One of the first things dividend investors look at, invariably, is dividend yield. That makes sense, but yield alone doesn't always tell the entire story. And sometimes large dividend yields can lure you into an investment that isn't a good fit for your actual income needs. A review of what happened to $10,000 invested in AGNC Investment (AGNC 2.61%) over the past decade is a warning you need to keep in mind.
What a difference!
Ten years ago AGNC's dividend yield was hovering around 15%. That compared very favorably to the low-single-digit yield on offer from an S&P 500 index fund. Over the following decade, mortgage real estate investment trust (REIT) AGNC's yield bounced around a little, but it was always fairly large. The lowest point came in 2021 when the yield dropped into the 8% range. Most of that span, however, it was in the 10%-plus range. If you are an income-focused investor, AGNC's huge yield very likely put this stock on your radar screen.
But mortgage REITs (m-REITs) are a unique category. Unlike traditional REITs, which own physical assets, mortgage REITs create portfolios of mortgages. Generally that means buying groups of mortgages that have been turned into something like a bond, known as a collateralized mortgage obligation (or CMO). To boost returns, m-REITs often use leverage, with the value of their portfolios acting as collateral.
One big problem with this scenario is that the value of CMOs fluctuates and, thus, leverage can turn into a major burden when CMO values are falling. And that's on top of the unique nature of mortgages, which tend to turn over more quickly when rates are falling (reducing the income CMOs generate as refinanced mortgages end up being removed from the CMO's mortgage pool) and very slowly when rates are rising (few want to replace a low-rate mortgage with a higher-rate mortgage). But when rates are rising, delinquencies can become a problem, particularly if there is a recession, and mortgage volume overall can drop as the cost to carry a mortgage increases. This is a high-level overview of what is a complicated niche of the REIT sector that's generally not appropriate for most conservative dividend investors.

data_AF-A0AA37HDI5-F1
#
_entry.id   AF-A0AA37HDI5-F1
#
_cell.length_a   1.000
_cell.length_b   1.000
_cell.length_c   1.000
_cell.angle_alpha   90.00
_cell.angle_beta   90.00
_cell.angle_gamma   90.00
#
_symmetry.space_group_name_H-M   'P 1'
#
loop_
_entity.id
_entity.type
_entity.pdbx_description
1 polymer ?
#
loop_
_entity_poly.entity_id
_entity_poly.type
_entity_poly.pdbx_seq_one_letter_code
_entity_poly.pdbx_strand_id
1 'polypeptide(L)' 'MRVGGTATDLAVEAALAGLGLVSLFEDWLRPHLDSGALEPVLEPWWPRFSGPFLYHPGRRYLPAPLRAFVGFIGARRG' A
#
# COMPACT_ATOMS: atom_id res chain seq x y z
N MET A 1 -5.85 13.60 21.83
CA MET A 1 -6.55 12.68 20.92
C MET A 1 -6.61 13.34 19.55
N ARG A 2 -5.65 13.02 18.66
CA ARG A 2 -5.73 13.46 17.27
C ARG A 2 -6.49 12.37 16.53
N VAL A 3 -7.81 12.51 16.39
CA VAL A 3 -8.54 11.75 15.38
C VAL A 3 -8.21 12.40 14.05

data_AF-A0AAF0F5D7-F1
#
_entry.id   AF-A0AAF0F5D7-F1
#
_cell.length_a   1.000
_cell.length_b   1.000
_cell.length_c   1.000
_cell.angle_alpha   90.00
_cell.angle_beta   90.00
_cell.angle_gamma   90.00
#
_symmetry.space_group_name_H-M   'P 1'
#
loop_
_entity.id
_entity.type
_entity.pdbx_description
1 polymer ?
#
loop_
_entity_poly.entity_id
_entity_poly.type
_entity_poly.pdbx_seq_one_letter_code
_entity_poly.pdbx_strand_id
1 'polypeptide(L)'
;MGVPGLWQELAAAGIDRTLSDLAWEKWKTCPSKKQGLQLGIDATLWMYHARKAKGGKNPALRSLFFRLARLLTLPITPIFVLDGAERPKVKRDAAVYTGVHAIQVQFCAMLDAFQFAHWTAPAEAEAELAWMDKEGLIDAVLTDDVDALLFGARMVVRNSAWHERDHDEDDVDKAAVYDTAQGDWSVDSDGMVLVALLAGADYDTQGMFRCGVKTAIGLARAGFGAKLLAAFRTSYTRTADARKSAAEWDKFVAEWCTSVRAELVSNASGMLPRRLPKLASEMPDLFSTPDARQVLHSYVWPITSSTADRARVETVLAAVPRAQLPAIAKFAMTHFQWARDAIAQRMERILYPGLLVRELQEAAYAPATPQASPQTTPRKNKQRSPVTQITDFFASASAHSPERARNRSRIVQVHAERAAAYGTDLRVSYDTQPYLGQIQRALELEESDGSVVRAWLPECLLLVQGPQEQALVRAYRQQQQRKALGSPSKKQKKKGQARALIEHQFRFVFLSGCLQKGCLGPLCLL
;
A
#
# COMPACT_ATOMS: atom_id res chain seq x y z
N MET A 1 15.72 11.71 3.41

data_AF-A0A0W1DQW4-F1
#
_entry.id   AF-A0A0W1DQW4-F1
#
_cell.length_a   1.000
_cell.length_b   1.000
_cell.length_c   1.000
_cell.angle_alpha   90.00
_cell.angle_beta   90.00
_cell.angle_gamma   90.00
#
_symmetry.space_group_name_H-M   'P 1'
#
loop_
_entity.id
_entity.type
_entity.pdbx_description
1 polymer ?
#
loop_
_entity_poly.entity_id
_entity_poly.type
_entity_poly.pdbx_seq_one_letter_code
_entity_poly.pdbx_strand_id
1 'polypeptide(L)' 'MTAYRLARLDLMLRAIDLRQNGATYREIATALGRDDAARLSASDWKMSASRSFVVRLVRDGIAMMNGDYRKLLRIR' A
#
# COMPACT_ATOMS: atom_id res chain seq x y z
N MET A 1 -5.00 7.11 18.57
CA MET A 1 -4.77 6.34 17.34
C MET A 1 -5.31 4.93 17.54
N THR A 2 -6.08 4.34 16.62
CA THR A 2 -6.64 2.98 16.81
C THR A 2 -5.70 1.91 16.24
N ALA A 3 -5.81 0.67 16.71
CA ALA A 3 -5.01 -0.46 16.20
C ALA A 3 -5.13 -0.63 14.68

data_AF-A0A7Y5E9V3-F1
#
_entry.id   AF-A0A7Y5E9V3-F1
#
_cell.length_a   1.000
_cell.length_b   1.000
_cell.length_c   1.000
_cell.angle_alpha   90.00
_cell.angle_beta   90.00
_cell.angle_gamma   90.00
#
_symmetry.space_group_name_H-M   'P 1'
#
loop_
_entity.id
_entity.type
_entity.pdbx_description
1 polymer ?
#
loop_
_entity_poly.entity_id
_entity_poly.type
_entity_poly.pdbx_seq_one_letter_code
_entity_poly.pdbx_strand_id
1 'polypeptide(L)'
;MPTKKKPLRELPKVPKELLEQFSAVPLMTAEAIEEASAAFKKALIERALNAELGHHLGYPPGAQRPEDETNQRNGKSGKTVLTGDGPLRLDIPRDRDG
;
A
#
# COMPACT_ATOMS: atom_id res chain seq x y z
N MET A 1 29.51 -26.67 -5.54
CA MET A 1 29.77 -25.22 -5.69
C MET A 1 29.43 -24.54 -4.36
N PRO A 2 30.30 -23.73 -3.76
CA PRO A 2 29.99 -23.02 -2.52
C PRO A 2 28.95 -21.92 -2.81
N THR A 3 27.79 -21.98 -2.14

A painful dividend trend
The dividend trends at AGNC show exactly why this is. Note above that the yield remained elevated throughout the last decade. But if you look at the dividends that investors collected, well, they fall throughout the entire span.
Dividend yield and share price move in opposite directions. In order for AGNC's dividend yield to remain as high as it did, the stock had to fall. It's simple math: Dividend / Share Price = Dividend Yield. And the price of AGNC declined in a very material way, effectively tracking the huge declines in the dividend.
Over that 10-year span, $10,000 invested in AGNC turned into about $2,500. To be fair, that's based only on the stock price movement. If you were to have reinvested the dividends, thus considering total return, the same investment in AGNC would have left you with $8,600 or so. That's much better, but certainly not good. For comparison, the S&P 500 index over that span turned $10,000 into about $25,000 based on stock appreciation alone, and on a total return front, reinvesting dividends, the value grew to $31,000.
But remember, the entire time included AGNC sporting a huge dividend on both the absolute level and relative to the S&P 500 index. If you didn't understand what you were getting into, that huge yield could have been very tempting and, ultimately, very costly.
You need to know more
This isn't to suggest that AGNC Investment is a terrible company in any way, but more to highlight that yield alone doesn't tell you enough about an investment to make an informed decision. Mortgage REITs are very complex and unique compared to other REITs and areas of the finance sector. Focusing only on yield and not looking at the full picture, as seen with AGNC over the past decade, is always a material investment mistake.